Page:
Tuesday, February 22, 2011

40DLD-37: Trying not to stare

FACT: I am a guy.  Now that that's out of the way, please also note that I work out, and my gym (being a university facility) is open to male and female participants.  Now, most of the time, the weight section of the gym is kind of a boys' club.  Most especially when you see the bodybuilders in there, and most particularly in the free weight section.  The cardio area, 50 feet away, is primarily (but neither exclusively nor overwhelmingly) female, and the weight machine section in between is about 50:50.  I started working out during the day because it's less crowded.  More alumni and faculty work out during the day, meaning I'm more likely to connect with my fellow coworkouters than when it's heavily populated with undergrad frat boys doing the Spring Break Bicep, Pec, and Maybe Abs workout.

Then things got complicated.  The Kinesiology Department's weight lifting classes (yes, it's an actual one-hour class like bowling, walking, tennis, etc.) take place during the day.  This alone is capable of tripling the amount of females in the weight room (not to mention they're all undergrads, see above). 

Sometimes, I need to concentrate when I'm doing a particular exercise.  Easiest way to do that is to pick a spot on the wall that's directly in your line of sight, without turning your head, as you sit/stand/lean at whatever machine, bench or exercise you're on, and concentrate there.  Things get confusing when you're moving while exercising, such as doing squats or lunges (can you tell today was Leg Day?  Yeah, I decided I didn't like walking normally).

So, after you're good and psyched up to do your particular exercise, I've found that the difficulty of the exercise is directly proportional to the hotness of the chick walking directly in front of you.  I call this the Brewer Principle, because I can.  Under normal circumstances, you'd care little for what observers think about the weight you're lifting and just lift it; under the Brewer Principle, you feel like less of a man if you don't lift it all.  Also under normal circumstances, you care little about what noises you make (these can come from either end, and I'll leave it at that); under the Brewer Principle, you can't use the little adrenaline rush that comes from voracious grunting to help you through those last few reps because you want to show off by doing the exercise quietly, while at the same time you don't want to look like you're showing off by grunting.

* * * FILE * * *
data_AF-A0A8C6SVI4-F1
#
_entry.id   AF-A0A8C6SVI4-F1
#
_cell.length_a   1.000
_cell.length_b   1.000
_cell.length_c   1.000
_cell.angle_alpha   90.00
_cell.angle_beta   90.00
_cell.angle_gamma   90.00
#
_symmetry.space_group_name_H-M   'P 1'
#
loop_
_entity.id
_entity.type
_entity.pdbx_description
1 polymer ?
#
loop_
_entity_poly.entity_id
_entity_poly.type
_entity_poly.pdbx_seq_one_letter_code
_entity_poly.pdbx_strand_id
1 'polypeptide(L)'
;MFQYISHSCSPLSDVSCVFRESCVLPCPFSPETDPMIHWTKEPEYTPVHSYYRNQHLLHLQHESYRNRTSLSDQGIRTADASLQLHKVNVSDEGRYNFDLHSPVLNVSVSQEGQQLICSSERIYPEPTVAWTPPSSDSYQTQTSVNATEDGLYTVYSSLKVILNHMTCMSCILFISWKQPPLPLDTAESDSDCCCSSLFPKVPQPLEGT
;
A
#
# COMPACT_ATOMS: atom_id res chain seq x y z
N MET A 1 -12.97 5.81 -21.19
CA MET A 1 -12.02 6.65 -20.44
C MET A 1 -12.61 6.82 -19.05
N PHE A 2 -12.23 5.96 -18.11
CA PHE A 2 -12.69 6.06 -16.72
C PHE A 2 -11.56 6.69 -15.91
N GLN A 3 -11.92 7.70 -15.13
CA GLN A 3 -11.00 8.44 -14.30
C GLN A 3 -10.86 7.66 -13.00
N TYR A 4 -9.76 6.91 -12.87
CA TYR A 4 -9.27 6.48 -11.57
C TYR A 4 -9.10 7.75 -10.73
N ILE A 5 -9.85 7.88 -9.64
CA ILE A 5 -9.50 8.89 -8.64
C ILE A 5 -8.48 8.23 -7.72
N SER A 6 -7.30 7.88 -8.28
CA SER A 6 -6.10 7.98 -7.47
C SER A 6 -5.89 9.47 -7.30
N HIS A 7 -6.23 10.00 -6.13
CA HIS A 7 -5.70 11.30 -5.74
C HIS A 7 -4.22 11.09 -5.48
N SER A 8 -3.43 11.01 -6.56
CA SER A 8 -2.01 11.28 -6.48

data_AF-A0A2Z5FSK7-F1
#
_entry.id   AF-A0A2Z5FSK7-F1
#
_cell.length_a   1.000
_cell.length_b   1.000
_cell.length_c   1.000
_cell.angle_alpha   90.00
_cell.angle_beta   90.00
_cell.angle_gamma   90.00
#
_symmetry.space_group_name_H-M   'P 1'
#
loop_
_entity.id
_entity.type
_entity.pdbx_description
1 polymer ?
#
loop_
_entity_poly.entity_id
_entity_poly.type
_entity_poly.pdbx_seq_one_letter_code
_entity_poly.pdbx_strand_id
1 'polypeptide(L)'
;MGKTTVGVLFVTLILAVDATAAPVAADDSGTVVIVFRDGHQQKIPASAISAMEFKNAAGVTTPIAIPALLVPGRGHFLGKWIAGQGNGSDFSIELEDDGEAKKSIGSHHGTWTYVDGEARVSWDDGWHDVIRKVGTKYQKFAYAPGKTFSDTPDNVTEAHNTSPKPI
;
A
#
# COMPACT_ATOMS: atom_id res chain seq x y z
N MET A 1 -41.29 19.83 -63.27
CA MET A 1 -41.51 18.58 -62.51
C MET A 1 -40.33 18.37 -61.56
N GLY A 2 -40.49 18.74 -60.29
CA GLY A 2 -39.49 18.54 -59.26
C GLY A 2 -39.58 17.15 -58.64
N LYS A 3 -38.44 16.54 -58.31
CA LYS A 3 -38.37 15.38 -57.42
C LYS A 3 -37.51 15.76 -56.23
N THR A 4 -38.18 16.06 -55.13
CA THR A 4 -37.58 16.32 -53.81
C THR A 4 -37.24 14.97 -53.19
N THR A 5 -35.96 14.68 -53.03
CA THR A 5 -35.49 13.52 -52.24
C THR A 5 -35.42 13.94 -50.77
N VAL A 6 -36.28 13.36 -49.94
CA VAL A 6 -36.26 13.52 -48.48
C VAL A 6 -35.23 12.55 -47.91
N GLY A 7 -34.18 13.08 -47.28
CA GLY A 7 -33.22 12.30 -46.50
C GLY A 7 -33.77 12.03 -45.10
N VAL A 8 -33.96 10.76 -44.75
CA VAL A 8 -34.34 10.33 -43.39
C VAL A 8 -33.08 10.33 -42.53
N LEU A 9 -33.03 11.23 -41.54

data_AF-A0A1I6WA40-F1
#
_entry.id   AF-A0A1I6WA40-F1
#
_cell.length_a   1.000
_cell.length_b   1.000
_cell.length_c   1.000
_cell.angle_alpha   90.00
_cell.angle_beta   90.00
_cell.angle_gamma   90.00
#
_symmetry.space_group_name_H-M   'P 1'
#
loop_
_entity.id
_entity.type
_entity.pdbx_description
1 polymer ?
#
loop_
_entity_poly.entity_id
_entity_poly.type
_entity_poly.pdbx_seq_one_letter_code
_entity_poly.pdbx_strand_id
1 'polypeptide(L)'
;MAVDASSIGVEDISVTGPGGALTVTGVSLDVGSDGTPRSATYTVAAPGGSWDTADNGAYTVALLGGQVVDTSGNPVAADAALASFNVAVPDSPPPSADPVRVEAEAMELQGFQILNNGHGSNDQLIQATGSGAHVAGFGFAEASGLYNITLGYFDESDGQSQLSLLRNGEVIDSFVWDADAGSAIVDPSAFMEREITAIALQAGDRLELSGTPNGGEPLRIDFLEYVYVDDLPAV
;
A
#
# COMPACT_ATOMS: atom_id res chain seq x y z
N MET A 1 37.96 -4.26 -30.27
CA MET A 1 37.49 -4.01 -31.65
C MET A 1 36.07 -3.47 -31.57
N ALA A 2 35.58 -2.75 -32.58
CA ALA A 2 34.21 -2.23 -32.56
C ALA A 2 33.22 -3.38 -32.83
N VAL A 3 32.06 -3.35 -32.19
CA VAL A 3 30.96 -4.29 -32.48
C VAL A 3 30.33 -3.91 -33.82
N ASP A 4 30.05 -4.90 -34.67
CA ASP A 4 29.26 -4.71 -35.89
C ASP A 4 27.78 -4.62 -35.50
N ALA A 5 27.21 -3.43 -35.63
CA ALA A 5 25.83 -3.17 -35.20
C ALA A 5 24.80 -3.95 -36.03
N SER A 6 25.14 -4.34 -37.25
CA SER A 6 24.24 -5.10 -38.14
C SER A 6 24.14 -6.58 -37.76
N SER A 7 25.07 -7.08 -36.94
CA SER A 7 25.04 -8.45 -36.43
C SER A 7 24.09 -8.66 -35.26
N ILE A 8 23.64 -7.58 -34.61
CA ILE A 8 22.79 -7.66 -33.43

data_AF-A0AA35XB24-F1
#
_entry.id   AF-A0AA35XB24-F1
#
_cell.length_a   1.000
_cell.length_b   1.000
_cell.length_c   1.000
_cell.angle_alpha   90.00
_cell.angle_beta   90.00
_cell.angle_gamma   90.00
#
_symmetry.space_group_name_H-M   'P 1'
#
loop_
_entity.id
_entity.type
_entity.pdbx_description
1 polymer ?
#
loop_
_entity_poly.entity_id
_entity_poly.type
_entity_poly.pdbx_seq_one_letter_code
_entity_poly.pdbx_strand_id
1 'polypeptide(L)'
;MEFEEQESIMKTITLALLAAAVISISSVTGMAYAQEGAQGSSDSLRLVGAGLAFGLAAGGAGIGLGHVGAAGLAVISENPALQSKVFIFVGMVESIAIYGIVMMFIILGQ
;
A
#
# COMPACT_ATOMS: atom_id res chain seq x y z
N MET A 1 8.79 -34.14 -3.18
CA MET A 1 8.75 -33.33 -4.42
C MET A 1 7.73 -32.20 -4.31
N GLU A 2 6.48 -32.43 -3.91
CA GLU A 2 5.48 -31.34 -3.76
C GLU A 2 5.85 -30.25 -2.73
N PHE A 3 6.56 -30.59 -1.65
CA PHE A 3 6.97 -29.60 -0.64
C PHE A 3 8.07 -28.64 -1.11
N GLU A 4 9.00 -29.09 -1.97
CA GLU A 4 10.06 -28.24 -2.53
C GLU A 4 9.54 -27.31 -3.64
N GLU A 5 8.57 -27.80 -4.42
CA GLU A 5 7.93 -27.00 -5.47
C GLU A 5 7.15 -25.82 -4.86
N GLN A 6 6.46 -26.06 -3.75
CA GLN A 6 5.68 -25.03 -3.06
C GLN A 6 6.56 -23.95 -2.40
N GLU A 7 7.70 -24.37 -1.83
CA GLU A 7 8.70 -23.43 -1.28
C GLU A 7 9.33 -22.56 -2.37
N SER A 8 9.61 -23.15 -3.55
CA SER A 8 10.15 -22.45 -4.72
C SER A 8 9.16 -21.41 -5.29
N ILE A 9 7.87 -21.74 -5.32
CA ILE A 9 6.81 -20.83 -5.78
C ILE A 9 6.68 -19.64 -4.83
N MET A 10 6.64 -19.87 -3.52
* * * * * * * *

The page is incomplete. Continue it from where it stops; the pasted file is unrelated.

See?  Men really are as complicated as women.

Suffice to say, I try to do whatever exercise with consideration for anyone who might be directly in my line of sight whilst doing said exercise.  At one point, I waited several minutes because I was on a machine facing directly at the back of a female coworkouter and wanted her to finish instead of thinking I was staring at her butt while exercising.  Sure enough, as soon as she got done, another chick took her place.  Later on, while doing lunges (I typed lunches three times before getting it right there), the same chick was directly in my line of sight again, but her face was so only when I was down on my knee.  My excuse?  I was looking directly behind her, where the window panes make a Cross.  Kinda neat how they do that.  I can focus on the Cross while working out.

But she got stared at because she insisted on getting in my line of sight.


  1. Very funny. Several thoughts:
    1. Grunting. No. Just no.
    2. Men ARE as complicated as women, they just want to label us as the dumb predictable sex.
    3. Lunges (not lunches) for guys are only acceptable if NOT wearing butt-crack shorts.

  2. I'm pretty sure butt-crack shorts aren't acceptable for lunches either.